A Walk in the Woods
Actors: Robert Redford, Nick Nolte
Director: Ken Kwapis
Writer: Bill Bryson
Rating: R (mostly for language and some sexual content)
Theaters: Park West 14, Regal Cinemas Crossroads 20 & IMAX, Frank Theatres: Parkside Town Commons Stadium 11 & Xtreme, Regal Cinemas North Hills 14, Six Forks Cinema, AMC Southpoint 17, Regal Cinemas White Oak 14,Carmike Wynnsong 15, Lumina, Carmike Patriot 14 + IMAX.
When Bill Bryson’s “A Walk in the Woods” came out in 1998, the popular writer’s account of his ill-conceived, ill-fated attempt to thru-hike the Appalachian Trail was met with derision by purists in the hiking community. Bryson and buddy Stephen Katz’s cavalier preparation was deemed disrespectful, their decision in Hot Springs to rent a car and drive for a spell after realizing just how far they had to go was a flat-out slap in the five-days-growth face to those who approached the trail with reverence and respect.
Most of us, though, could identify with the eager, if lacking, duo and found the adventure pretty funny.
For the film version of “Walk,” which opens in local theaters today, both camps are likely to find more common ground.
On screen, Bryson, played by a significantly older Robert Redford (more about that in a sec), is contemplating his mortality after the death of an acquaintance. Then he happens to notice, seemingly for the first time, that the Appalachian Trail runs through his neighborhood in New Hampshire.
After calling everyone he knows in search of a hiking buddy — wife Catherine (Emma Thompson) won’t let him go alone — he gets a call from an old pal he tromped around Europe with 40 years back. Through the grapevine, Katz has heard Bryson needs a wing man and offers his services. Despite the outcome of their European adventure (“We didn’t end up despising each other,” Bryson corrects his wife, “we started out despising each other. We ended up hating each other”), Bryson is desperate and agrees.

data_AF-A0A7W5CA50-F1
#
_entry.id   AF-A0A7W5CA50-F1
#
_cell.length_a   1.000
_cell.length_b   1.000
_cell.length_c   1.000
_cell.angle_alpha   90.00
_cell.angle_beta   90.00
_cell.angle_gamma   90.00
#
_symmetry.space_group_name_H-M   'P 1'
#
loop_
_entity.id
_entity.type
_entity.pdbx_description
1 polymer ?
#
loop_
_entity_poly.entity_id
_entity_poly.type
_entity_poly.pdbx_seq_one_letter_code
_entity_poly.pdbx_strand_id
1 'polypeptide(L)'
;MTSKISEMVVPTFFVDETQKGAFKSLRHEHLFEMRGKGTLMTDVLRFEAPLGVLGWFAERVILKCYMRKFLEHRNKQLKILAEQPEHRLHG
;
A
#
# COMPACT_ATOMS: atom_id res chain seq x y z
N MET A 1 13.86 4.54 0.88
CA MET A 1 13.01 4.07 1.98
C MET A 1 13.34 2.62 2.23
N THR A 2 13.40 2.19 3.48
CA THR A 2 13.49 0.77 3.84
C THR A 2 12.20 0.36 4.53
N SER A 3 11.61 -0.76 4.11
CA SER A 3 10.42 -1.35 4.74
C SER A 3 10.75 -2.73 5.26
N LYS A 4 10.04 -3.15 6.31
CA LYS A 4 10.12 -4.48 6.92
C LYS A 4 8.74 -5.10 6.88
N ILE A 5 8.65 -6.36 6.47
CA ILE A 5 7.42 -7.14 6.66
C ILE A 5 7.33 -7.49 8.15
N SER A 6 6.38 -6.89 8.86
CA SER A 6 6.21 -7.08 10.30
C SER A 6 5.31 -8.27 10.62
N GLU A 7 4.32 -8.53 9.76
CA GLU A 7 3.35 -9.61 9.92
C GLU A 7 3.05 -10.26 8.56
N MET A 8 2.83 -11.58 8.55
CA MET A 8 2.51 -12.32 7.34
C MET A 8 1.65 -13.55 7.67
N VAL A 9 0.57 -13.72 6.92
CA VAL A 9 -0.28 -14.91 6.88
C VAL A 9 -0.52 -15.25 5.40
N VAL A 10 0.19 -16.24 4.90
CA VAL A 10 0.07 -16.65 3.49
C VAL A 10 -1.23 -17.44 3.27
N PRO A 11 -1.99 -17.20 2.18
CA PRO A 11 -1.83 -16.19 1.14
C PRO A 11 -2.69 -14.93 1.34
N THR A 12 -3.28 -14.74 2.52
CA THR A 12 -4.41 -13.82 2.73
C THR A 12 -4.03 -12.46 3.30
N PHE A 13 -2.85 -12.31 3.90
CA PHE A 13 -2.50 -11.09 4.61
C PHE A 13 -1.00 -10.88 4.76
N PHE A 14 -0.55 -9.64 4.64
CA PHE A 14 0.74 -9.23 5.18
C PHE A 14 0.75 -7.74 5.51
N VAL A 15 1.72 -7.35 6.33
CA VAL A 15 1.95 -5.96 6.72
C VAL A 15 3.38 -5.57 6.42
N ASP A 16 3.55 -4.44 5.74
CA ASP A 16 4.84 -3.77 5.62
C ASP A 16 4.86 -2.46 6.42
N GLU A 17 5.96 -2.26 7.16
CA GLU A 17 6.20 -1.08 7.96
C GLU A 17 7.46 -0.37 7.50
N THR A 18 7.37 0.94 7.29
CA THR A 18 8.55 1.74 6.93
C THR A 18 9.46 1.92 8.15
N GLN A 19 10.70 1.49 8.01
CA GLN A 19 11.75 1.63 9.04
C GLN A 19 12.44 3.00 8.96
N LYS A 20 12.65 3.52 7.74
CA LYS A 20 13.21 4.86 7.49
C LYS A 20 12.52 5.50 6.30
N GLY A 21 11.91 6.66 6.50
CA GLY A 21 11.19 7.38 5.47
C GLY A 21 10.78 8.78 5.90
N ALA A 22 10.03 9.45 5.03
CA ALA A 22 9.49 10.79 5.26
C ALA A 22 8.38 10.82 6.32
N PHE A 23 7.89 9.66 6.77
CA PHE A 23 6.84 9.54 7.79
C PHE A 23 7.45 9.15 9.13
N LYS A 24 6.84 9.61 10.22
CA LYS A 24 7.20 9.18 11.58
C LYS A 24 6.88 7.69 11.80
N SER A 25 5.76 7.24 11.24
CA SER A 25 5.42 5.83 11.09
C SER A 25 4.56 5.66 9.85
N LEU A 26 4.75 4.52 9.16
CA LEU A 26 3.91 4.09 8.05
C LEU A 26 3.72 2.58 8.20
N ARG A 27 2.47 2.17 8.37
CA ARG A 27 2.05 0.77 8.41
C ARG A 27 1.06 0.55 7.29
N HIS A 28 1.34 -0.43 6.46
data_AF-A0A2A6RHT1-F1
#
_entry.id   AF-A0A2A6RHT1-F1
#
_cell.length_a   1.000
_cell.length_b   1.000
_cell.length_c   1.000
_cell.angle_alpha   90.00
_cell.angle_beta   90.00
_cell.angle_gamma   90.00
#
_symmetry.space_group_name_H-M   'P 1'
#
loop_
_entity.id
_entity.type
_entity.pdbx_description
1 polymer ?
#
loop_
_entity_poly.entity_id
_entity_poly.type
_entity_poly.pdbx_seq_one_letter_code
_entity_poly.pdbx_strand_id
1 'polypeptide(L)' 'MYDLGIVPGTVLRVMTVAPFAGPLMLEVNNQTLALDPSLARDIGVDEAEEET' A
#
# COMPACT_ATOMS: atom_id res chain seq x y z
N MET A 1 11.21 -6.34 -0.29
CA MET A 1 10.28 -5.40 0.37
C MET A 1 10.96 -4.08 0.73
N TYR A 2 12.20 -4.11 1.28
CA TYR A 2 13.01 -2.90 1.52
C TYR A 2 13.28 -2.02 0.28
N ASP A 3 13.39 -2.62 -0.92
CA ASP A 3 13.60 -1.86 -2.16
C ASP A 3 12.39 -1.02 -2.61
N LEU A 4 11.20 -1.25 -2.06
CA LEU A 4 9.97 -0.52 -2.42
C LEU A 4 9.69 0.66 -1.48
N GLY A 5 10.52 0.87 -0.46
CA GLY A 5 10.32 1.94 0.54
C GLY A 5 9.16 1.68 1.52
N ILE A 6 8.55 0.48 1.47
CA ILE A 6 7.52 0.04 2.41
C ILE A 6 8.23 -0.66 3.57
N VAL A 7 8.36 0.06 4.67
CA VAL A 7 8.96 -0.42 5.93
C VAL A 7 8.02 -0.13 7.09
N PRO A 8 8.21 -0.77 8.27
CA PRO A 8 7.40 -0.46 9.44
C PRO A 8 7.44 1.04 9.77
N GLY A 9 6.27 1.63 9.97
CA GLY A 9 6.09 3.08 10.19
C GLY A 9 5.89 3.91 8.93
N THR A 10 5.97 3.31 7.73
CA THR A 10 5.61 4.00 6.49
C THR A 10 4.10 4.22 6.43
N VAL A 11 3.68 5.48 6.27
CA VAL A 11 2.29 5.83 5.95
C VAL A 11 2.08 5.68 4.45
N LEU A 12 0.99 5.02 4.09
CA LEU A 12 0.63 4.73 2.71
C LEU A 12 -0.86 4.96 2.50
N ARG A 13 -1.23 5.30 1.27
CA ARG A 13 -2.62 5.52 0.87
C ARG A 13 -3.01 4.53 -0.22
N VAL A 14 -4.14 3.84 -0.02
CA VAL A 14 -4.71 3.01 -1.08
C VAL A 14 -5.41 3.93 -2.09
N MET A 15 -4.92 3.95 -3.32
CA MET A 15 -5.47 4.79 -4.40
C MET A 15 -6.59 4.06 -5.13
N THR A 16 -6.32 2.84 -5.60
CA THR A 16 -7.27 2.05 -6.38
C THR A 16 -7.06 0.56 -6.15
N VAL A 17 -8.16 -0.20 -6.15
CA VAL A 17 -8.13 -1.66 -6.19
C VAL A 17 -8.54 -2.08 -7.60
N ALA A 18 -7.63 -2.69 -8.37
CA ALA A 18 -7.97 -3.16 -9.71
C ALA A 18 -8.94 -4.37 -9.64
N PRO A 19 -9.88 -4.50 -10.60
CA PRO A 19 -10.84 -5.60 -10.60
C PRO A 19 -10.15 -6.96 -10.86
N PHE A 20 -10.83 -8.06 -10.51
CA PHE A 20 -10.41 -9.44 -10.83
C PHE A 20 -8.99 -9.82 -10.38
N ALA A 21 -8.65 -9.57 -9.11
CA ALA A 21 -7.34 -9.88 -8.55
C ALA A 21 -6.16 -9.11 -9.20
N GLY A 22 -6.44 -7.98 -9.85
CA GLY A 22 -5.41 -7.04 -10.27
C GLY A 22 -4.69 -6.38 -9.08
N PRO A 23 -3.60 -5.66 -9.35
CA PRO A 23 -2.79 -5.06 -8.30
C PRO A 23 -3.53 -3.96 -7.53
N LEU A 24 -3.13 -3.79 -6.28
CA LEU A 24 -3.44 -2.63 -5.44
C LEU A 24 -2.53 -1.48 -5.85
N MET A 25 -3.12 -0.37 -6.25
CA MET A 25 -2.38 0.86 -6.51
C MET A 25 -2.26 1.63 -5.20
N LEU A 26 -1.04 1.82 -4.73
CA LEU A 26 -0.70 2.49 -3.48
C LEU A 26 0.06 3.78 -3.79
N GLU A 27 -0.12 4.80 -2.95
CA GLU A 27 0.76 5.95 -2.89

Katz’s gravely, whiskey-soaked voice over the phone is a clue that he might not be thru-hiker material; when he stumbles out of a puddle-jumper from Des Moines, rheumy-eyed, pot-bellied, trick-kneed and with a tendency toward seizures if he doesn’t eat (preferably out of a vending machine) on the hour, the stage is set for disappointment.
And yet … .
From the start, at Springer Mountain, Ga., there are challenges.
Katz: How far do you think we’ve gone?
Bryson: (Surveying the landscape) Oh, about a quarter mile.
They encounter the inevitable know-it-all (a delightfully ditzy Kristen Schaal) who advises them that not only do they not have the right gear and have no idea what they’re doing, they don’t even have their birthdates right (wrong Zodiac sign). There’s the righteous REI sales associate (given the right amount of gear righteousness by Nick Offerman). And there’s the thru-hiker gear geek who condescendingly asks Bryson why he bought that backpack (“Because I thought it would be easier than carrying my stuff”).
And, of course, there are bears, because as everyone (in Hollywood, at least) knows, there’s a bear lurking behind every tree waiting to have you for dinner.
Still, on they plod. They catch up on life since Europe, Katz a bit intimidated by Bryson’s success, Bryson baffled by what makes Katz tick. They accuse each other of not living the life they want. They talk about girls.
In the book, what irritated the hiking elite most was the pair’s flippant decision following their “You-are-here” moment in Hot Springs to hop in the car. How dare they!
On screen, this moment occurs in northern Virginia and the outcome isn’t the same.
Does it matter whether they press on? Like so many thru-hikers, they’re both looking for something. And, like so many thru-hikers, they aren’t sure what. It’s the journey, not the destination, as most of us who hike know.
When the film was announced, there was considerable head scratching over the casting of Redford and Nolte, who are twice the age of the characters they portray. The book dealt with midlife malaise, the film with mortality. Both, though, offer suitable — and common — motivation when it comes to taking a walk in the woods.
In vastly different ways, the intellectual Bryson and the hard-scrabble Katz bring to the trail an introspection most hikers will appreciate.
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